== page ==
Drugged Driving in BC: What to expect from Personal Injury Lawyer?

Drug-Impaired Driving
By: Harpreet Sandhu

drugged driving in BC

As the laws for marijuana consumption continue to cross over to the right-wing, the line of legal and illegal consumption is becoming blurred. We all know driving under the influence of alcohol is illegal, however, the rules of drugged driving in BC with marijuana are not as black and white. This article will briefly outline the laws and police powers regarding operating a motor vehicle under the influence of marijuana.

Firstly, driving under the influence of alcohol or drugs are subject to the same penalties. However, driving under the influence of marijuana is not as easy to define. Unlike alcohol, which can be easily measured by a breathalyzer, people metabolize THC (tetrahydrocannabinol, the active ingredient in marijuana) at different rates, therefore impairment can vary widely from person to person making it hard to determine if a person is impaired. Due to the inability to objectively measure what “too high” to drive is, the justice system relies on the subjective judgment of police experts who determine whether someone is drug-impaired driving.

Drug-impaired driving refers to the operation of a motor vehicle while one’s ability is adversely affected by a drug. If a substance has impaired your ability to operate a motor vehicle it is illegal for you to be driving, even if that substance is prescribed or legally acquired. Under the Criminal Code S. 253(1)(a), “everyone commits an offence who operates a motor vehicle or … has the care or control of a motor vehicle… whether it is in motion or not, while the person’s ability to operate the vehicle … is impaired by alcohol or a drug.”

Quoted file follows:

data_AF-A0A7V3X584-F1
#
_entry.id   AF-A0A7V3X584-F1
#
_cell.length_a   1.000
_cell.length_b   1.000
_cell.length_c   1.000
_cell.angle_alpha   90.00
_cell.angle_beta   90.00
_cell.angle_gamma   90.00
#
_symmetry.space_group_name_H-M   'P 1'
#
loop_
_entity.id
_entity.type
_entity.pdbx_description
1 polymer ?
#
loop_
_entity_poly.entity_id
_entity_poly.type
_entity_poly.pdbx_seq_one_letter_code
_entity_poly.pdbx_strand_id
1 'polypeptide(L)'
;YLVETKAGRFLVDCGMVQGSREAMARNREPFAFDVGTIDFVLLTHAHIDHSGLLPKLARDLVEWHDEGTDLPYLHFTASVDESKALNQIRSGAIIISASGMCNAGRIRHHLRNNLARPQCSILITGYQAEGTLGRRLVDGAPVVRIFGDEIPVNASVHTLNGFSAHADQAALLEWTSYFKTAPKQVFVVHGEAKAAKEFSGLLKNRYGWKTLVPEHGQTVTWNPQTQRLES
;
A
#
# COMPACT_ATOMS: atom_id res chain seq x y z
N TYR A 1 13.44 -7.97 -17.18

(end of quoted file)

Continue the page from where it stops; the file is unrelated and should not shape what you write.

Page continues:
For a First offence, impaired drivers face a minimum fine of $1,000, a mandatory driving prohibition of 12 months and a possible maximum jail sentence of 18 months. A second offence leads to a mandatory minimum of 30 day jail sentence and a two-year driving prohibition. For third and subsequent offences, the penalty is imprisonment for a minimum of 120 days plus a three-year driving prohibition. Impaired drivers who cause an accident face a maximum 10-year period of incarceration in the case of causing bodily harm, and a life sentence in the case of causing death.

If an officer suspects drug impairment, the driver may be subject to a drug recognition evaluation by a specialized Drug Recognition Expert (DRE). Under s. 254(3.1) of the Criminal Code, an officer has the right to require a person to submit to an evaluation by a DRE to determine whether the person’s ability to operate a motor vehicle is impaired by a drug or a combination of alcohol and a drug. Section 254(3.1) reads as follows:

  • (3.1) If a peace officer has reasonable grounds to believe that a person is committing, or at any time within the preceding three hours has committed, an offence under paragraph 253(1)(a) as a result of the consumption of a drug or of a combination of alcohol and a drug, the peace officer may, by demand made as soon as practicable, require the person to submit, as soon as practicable, to an evaluation conducted by an evaluating officer to determine whether the person’s ability to operate a motor vehicle, a vessel, an aircraft or railway equipment is impaired by a drug or by a combination of alcohol and a drug, and to accompany the peace officer for that purpose.

With the progression of marijuana laws, the drug-impaired driving rules will remain fluid as research advances. In the future, however, we can expect clearly defined laws as well as new testing devices.

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